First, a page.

Panasonic founder Konosuke Matsushita’s mission was simple; dedicate ourselves to progress and development of society and the well-being of people through business. Why? Because these traits enhance the quality of life for everyone around the world.
Today, Panasonic honors the tradition of our founder in a modern era of technological advancements. People from all over the world, coming together and creating a better world.
At Panasonic, we believe technology should inspire and amaze, help us reimagine our world, and make life easier and more enjoyable. Working with businesses across many industries, our integrated solutions enhance almost every aspect of life today.
Our culture inspires teamwork, collaboration, and recognition with a common goal of improving the quality of life for everyone and making the world a better place.
Individually we are rock climbers, parents, travelers or technology enthusiasts. Together we are creators, entrepreneurs, problem solvers and innovators. We can’t predict the future, but we can change it together.
Our founder, Konosuke Matsushita, advanced his revolutionary management philosophy by setting forth The Seven Principles which still guide our culture and our business today.
These principles lead our employees to collaborate and challenge each other to grow themselves as well as our business. We are built on a culture of mutual respect and are committed to invest in our family.
The Seven Principles
Panasonic believes that inclusion and diversity is the key to innovation. Our greatest asset is not just our people; it’s individuals from unique backgrounds, mindsets and experiences that come together to challenge the status quo.
We currently have two Business Resource Groups, Women Connect and Veteran's Group, which are aimed to promote an inclusive culture at Panasonic.
Panasonic’s management philosophy of “contribution to society” has always extended beyond products and services that improve the quality of our customers’ lives, to encompass community outreach initiatives in the form of strategic partnerships with not-for-profit organizations, cash and product donations to worthy causes, and formalized programs for employee volunteers to donate their time and effort to the local community.
In 1989, Panasonic Corporation of North America established a formal corporate contributions outreach program to determine annual levels for spending, targeted categories for support, and to provide structured opportunities for employee volunteer participation.
Kid Witness News (KWN)
Kid Witness News (KWN) is a hands-on video education program with an emphasis on team-centered learning that encourages students to develop valuable cognitive, communication and organizational skills through the use of state-of-the-art, high definition video technology. Panasonic provides students (grades 4-12; age 18 and under) with the latest digital equipment so that they can communicate stories that are important to them and their communities. These include such issues as the environment, peer pressure and drug prevention just to name a few. Through the production of videos, students are able to share "The World Through Their Eyes".
The Panasonic Foundation - All Means All
The Panasonic Foundation is an operating, not grantmaking, non-profit foundation created in 1984 with a $10 million endowment from Panasonic Corporation of North America (named Matsushita Electric Corporation of America at the time). The Foundation partners with public school districts and their communities to break the links between race, poverty, and educational outcomes, by improving the academic and social success of ALL STUDENTS.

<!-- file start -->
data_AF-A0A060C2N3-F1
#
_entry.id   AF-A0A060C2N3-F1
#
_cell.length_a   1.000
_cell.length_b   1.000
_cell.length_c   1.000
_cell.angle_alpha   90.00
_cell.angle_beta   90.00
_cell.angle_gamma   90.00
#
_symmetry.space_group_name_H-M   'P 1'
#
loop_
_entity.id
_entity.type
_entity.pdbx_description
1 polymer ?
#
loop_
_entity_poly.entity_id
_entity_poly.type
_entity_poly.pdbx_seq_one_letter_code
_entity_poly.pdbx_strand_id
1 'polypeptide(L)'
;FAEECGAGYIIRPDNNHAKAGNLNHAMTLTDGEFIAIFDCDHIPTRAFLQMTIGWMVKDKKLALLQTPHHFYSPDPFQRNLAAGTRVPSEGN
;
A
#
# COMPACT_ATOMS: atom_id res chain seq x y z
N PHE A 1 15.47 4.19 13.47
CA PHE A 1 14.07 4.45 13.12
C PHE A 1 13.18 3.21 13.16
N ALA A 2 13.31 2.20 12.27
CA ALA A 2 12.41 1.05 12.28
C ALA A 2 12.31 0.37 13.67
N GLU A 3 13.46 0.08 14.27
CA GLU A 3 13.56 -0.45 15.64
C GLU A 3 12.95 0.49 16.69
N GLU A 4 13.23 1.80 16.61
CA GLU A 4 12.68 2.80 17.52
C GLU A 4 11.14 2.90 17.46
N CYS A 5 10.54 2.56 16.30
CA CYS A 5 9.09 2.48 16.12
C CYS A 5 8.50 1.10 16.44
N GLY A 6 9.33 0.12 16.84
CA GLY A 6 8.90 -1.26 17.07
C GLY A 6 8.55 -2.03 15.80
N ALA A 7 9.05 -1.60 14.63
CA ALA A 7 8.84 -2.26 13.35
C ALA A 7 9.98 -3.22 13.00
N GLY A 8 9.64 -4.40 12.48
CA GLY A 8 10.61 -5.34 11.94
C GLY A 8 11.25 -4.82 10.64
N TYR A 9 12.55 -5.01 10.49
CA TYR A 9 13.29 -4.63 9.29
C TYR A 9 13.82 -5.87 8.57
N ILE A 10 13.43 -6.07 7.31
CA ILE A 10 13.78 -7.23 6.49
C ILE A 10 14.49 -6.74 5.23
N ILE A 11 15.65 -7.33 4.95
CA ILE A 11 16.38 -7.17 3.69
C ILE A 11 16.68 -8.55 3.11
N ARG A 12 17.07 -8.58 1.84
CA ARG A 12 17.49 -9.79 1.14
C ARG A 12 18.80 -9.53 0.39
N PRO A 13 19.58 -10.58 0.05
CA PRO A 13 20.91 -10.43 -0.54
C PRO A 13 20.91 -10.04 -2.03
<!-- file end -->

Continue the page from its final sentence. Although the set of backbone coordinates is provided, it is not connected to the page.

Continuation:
Creative Design Challenge
Established in 1991, the Creative Design Challenge is a premier science and technology competition where the engineering and technical skills of NJ high school students are put to the test. In recognition of their hard work, winning teams are awarded special category prizes, as well as scholarships to be used exclusively for college expenses.
Panasonic's long-term partner in this program is the New Jersey Institute of technology (NJIT). While the majority of program funding comes from Panasonic, NJIT makes significant contributions to this outreach event. Three student interns develop the Challenge, while NJIT staff score the written reports, as well as provide judges for the performance and oral presentations of the Challenge. NJIT also lends its prestige as a top engineering university.
I have been working at Panasonic full-time (More than 8 years)
Great people, forward thinkers, and giving back to society. Always looking to improve. Work like balance actually exists. Room for growth.
Need to work on breaking down silos. Not all groups know what other divisions are working on. Everything else is great!
Advice to Management
Keep being transparent and making efforts to improve always.
I applied online. I interviewed at Panasonic.
Just a basic telephone screening. Asked me about my background and willingness to relocate to Nevada. It took me 2 times to really get on hold with the HR. The first time the HR just simply forgot about the call. The second time, the HR was late for 2 hours and replied to me whether I can wait for another hour for the phone screening. Afterward, I was told that I passed the phone screening and will be talking to a Japanese engineer the following week. Never happened. Followed-up for a month via email and phone, no response. It's like the company never existed before.
Very unprofessional and such a waste of time.